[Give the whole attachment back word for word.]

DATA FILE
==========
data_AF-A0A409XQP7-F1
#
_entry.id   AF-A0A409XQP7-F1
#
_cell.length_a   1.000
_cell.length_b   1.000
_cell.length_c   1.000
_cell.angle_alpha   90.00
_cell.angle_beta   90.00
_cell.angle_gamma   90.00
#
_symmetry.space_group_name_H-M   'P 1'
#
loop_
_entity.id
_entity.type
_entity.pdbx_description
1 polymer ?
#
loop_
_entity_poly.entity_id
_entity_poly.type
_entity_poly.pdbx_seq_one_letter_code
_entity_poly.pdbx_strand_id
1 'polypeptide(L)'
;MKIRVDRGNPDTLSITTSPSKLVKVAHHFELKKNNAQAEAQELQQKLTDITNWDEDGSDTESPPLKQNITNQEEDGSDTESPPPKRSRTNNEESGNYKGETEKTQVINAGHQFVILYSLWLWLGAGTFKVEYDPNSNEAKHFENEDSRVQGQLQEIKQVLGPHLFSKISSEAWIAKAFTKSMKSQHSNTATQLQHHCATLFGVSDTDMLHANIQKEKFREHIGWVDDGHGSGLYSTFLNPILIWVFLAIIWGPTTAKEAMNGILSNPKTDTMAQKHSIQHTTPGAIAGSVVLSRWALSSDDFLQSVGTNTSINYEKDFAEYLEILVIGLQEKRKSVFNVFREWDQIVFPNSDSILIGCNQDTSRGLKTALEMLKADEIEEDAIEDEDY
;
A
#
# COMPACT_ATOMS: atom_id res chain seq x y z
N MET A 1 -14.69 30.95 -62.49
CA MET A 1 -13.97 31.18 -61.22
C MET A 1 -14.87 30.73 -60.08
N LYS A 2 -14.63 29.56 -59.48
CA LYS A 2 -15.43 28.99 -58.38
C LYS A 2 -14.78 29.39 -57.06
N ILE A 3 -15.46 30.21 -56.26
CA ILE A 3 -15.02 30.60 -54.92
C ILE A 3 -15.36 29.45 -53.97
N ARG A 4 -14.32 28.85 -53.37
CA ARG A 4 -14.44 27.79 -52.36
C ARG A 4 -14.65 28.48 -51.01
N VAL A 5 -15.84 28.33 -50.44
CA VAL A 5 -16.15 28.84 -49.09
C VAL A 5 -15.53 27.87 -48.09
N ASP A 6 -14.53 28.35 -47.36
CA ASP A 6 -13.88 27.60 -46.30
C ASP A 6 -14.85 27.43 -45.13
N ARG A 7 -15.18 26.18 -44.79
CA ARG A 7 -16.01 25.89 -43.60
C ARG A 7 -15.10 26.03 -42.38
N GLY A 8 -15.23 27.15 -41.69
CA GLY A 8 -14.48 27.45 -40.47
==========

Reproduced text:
data_AF-A0A409XQP7-F1
#
_entry.id   AF-A0A409XQP7-F1
#
_cell.length_a   1.000
_cell.length_b   1.000
_cell.length_c   1.000
_cell.angle_alpha   90.00
_cell.angle_beta   90.00
_cell.angle_gamma   90.00
#
_symmetry.space_group_name_H-M   'P 1'
#
loop_
_entity.id
_entity.type
_entity.pdbx_description
1 polymer ?
#
loop_
_entity_poly.entity_id
_entity_poly.type
_entity_poly.pdbx_seq_one_letter_code
_entity_poly.pdbx_strand_id
1 'polypeptide(L)'
;MKIRVDRGNPDTLSITTSPSKLVKVAHHFELKKNNAQAEAQELQQKLTDITNWDEDGSDTESPPLKQNITNQEEDGSDTESPPPKRSRTNNEESGNYKGETEKTQVINAGHQFVILYSLWLWLGAGTFKVEYDPNSNEAKHFENEDSRVQGQLQEIKQVLGPHLFSKISSEAWIAKAFTKSMKSQHSNTATQLQHHCATLFGVSDTDMLHANIQKEKFREHIGWVDDGHGSGLYSTFLNPILIWVFLAIIWGPTTAKEAMNGILSNPKTDTMAQKHSIQHTTPGAIAGSVVLSRWALSSDDFLQSVGTNTSINYEKDFAEYLEILVIGLQEKRKSVFNVFREWDQIVFPNSDSILIGCNQDTSRGLKTALEMLKADEIEEDAIEDEDY
;
A
#
# COMPACT_ATOMS: atom_id res chain seq x y z
N MET A 1 -14.69 30.95 -62.49
CA MET A 1 -13.97 31.18 -61.22
C MET A 1 -14.87 30.73 -60.08
N LYS A 2 -14.63 29.56 -59.48
CA LYS A 2 -15.43 28.99 -58.38
C LYS A 2 -14.78 29.39 -57.06
N ILE A 3 -15.46 30.21 -56.26
CA ILE A 3 -15.02 30.60 -54.92
C ILE A 3 -15.36 29.45 -53.97
N ARG A 4 -14.32 28.85 -53.37
CA ARG A 4 -14.44 27.79 -52.36
C ARG A 4 -14.65 28.48 -51.01
N VAL A 5 -15.84 28.33 -50.44
CA VAL A 5 -16.15 28.84 -49.09
C VAL A 5 -15.53 27.87 -48.09
N ASP A 6 -14.53 28.35 -47.36
CA ASP A 6 -13.88 27.60 -46.30
C ASP A 6 -14.85 27.43 -45.13
N ARG A 7 -15.18 26.18 -44.79
CA ARG A 7 -16.01 25.89 -43.60
C ARG A 7 -15.10 26.03 -42.38
N GLY A 8 -15.23 27.15 -41.69
CA GLY A 8 -14.48 27.45 -40.47